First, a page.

The Cox Computer Company has grown rapidly during the past five years. Recently, its commercial bank urged


The Cox Computer Company has grown rapidly during the past five years. Recently, its commercial bank urged the company to consider increasing its permanent financing. Its bank loan has risen to $150,000 and carries a 10 percent interest rate, and Cox has been 30 to 60 days late in paying its suppliers.

Discussions with an investment banker have resulted in the decision to raise $250,000 at this time. Investment bankers have assured Cox that the following alternatives are feasible (issuing costs will be ignored):

• Alternative 1—Sell common stock at $10 per share.

• Alternative 2—Sell convertible bonds with a 10 percent coupon, convertible into 80 shares of common stock for each $1,000 bond (i.e., the conversion price is $12.50 per share).

• Alternative 3—Sell debentures with a 12 percent coupon; each bond will sell at its face value of $1,000 and will have a maturity of 10 years.

Charles Cox, the president, owns 80 percent of Cox’s common stock and wishes to maintain control of the company; 50,000 shares are outstanding. The following are summaries of Cox’s latest financial statements:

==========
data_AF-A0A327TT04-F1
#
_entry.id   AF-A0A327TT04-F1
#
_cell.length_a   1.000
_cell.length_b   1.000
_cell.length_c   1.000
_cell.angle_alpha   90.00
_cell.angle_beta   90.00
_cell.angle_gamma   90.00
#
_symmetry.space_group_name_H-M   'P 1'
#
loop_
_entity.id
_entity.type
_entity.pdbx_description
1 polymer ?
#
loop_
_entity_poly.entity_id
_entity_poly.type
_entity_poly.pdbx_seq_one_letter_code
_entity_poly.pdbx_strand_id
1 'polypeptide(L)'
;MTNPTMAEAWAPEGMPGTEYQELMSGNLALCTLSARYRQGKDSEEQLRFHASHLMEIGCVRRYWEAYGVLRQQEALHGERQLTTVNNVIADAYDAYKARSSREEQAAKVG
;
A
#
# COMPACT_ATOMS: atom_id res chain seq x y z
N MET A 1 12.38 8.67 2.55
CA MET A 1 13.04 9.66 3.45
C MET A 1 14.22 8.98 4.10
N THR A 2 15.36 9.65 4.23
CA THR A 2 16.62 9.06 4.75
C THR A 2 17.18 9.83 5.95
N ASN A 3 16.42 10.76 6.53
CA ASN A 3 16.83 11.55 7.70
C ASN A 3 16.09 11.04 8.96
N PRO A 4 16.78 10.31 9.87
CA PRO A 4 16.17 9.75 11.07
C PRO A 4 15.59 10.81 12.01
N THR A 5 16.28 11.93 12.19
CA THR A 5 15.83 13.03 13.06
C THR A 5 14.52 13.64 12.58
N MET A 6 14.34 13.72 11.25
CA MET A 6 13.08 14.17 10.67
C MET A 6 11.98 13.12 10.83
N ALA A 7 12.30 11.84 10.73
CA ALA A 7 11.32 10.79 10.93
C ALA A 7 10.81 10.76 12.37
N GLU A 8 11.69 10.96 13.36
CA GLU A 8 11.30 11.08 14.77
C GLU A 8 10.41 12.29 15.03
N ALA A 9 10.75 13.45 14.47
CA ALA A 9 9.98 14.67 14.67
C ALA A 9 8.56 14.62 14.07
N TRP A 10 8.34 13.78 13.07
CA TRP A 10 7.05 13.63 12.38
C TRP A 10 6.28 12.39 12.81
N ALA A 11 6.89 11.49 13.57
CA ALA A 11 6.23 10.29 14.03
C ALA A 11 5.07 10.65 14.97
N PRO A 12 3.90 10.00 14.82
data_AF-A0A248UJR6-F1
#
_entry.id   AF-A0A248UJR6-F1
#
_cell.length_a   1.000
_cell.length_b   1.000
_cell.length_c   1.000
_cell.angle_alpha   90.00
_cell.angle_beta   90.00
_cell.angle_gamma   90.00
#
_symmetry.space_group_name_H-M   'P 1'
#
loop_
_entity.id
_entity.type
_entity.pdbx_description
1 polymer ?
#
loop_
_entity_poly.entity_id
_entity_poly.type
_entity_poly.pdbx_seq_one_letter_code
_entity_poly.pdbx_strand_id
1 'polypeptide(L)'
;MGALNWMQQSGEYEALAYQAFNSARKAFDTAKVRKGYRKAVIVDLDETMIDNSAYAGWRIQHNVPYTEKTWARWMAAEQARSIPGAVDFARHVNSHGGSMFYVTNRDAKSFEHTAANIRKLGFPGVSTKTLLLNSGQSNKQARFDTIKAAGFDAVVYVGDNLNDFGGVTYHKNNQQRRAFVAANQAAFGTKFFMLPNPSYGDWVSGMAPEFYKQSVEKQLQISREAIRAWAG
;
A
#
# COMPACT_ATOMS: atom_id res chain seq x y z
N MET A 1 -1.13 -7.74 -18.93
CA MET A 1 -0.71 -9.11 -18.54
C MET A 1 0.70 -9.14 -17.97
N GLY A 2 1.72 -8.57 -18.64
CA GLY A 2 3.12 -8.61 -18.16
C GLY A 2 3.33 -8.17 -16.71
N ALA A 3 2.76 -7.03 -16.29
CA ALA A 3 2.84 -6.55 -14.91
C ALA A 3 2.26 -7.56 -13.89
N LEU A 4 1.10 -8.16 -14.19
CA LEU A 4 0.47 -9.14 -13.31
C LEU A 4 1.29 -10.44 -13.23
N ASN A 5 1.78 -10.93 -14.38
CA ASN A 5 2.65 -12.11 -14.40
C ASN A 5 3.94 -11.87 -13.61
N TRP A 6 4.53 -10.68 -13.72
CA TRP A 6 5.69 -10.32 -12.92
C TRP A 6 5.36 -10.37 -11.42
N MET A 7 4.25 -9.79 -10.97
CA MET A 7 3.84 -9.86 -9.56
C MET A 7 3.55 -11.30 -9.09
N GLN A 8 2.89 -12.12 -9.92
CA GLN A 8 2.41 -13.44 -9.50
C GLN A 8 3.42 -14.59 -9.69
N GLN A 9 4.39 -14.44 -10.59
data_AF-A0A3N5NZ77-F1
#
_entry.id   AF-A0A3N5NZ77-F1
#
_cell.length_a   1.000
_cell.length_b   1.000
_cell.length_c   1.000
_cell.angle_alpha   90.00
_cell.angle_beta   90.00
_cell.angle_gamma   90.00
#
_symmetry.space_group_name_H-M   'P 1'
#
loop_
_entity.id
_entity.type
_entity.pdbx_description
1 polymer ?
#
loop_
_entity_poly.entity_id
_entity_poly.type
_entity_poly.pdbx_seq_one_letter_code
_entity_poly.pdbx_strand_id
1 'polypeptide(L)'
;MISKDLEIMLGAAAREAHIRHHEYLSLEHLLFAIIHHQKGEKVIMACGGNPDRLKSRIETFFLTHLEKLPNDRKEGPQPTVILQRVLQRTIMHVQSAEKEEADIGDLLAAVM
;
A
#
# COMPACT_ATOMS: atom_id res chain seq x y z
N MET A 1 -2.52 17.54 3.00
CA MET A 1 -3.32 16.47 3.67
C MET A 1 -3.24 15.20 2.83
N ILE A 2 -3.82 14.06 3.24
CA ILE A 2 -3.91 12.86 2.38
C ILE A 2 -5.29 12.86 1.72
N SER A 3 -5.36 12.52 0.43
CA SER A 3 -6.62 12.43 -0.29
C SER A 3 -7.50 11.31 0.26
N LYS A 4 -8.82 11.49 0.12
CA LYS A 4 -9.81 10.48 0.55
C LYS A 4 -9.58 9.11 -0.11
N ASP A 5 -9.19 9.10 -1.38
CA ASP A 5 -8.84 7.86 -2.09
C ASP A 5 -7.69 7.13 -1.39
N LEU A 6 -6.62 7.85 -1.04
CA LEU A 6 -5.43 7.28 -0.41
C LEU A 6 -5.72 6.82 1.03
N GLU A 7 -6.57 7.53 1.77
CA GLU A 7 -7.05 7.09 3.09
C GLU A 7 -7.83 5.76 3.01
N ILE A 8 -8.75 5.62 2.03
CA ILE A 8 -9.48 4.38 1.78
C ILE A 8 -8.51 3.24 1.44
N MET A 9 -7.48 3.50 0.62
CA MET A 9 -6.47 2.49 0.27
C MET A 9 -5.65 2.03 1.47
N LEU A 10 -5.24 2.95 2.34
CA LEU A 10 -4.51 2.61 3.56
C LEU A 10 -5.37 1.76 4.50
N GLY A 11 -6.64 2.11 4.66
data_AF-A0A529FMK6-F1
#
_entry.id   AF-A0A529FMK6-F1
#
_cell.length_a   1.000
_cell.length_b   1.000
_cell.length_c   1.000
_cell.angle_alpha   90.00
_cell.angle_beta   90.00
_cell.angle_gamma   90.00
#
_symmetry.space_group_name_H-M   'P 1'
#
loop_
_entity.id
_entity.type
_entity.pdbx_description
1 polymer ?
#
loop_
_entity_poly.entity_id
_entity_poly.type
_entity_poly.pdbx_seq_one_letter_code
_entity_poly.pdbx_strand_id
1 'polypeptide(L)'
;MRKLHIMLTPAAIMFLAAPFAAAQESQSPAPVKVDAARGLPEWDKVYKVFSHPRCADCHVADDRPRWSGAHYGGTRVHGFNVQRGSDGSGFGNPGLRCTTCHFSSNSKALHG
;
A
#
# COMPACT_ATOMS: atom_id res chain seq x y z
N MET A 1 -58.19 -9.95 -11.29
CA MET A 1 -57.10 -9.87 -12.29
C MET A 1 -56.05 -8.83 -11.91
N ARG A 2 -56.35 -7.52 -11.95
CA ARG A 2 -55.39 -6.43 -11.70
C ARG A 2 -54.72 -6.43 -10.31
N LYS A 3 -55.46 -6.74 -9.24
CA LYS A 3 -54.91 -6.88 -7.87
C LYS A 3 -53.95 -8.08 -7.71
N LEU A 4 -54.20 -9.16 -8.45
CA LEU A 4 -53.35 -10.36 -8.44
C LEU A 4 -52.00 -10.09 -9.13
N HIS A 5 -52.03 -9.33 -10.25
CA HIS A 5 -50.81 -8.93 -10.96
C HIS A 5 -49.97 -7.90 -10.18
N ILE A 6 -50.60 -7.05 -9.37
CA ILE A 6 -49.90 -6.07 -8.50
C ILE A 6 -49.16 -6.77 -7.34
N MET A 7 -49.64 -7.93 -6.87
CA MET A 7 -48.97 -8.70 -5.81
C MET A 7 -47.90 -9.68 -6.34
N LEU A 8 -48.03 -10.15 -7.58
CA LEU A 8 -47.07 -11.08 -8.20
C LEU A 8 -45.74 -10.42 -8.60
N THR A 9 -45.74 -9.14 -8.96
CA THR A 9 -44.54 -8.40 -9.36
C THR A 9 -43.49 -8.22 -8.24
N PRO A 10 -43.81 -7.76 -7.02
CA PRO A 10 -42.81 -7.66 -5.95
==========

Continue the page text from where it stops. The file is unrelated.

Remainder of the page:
a. Show the new balance sheet under each alternative. For Alternative 2, show the balance sheet after conversion of the bond into stock. Assume that $150,000 of the funds raised will be used to pay off the bank loan and the rest will be used to increase total assets.

b. Show Charles Cox’s control position under each alternative, assuming that he does not purchase additional shares.

c. What is the effect on earnings per share of each alternative if it is assumed that earnings before interest and taxes will be 20 percent of total assets?

d. Which of the three alternatives would you recommend to Charles Cox, and why?

Debenture DefinitionDebentures are corporate loan instruments secured against the promise by the issuer to pay interest and principal. The holder of the debenture is promised to be paid a periodic interest and principal at the term. Companies who...
Face Value
Face value is a financial term used to describe the nominal or dollar value of a security, as stated by its issuer. For stocks, the face value is the original cost of the stock, as listed on the certificate. For bonds, it is the amount paid to the...
Maturity is the date on which the life of a transaction or financial instrument ends, after which it must either be renewed, or it will cease to exist. The term is commonly used for deposits, foreign exchange spot, and forward transactions, interest...
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Principles of Finance

ISBN: 978-1285429649

6th edition

Authors: Scott Besley, Eugene F. Brigham

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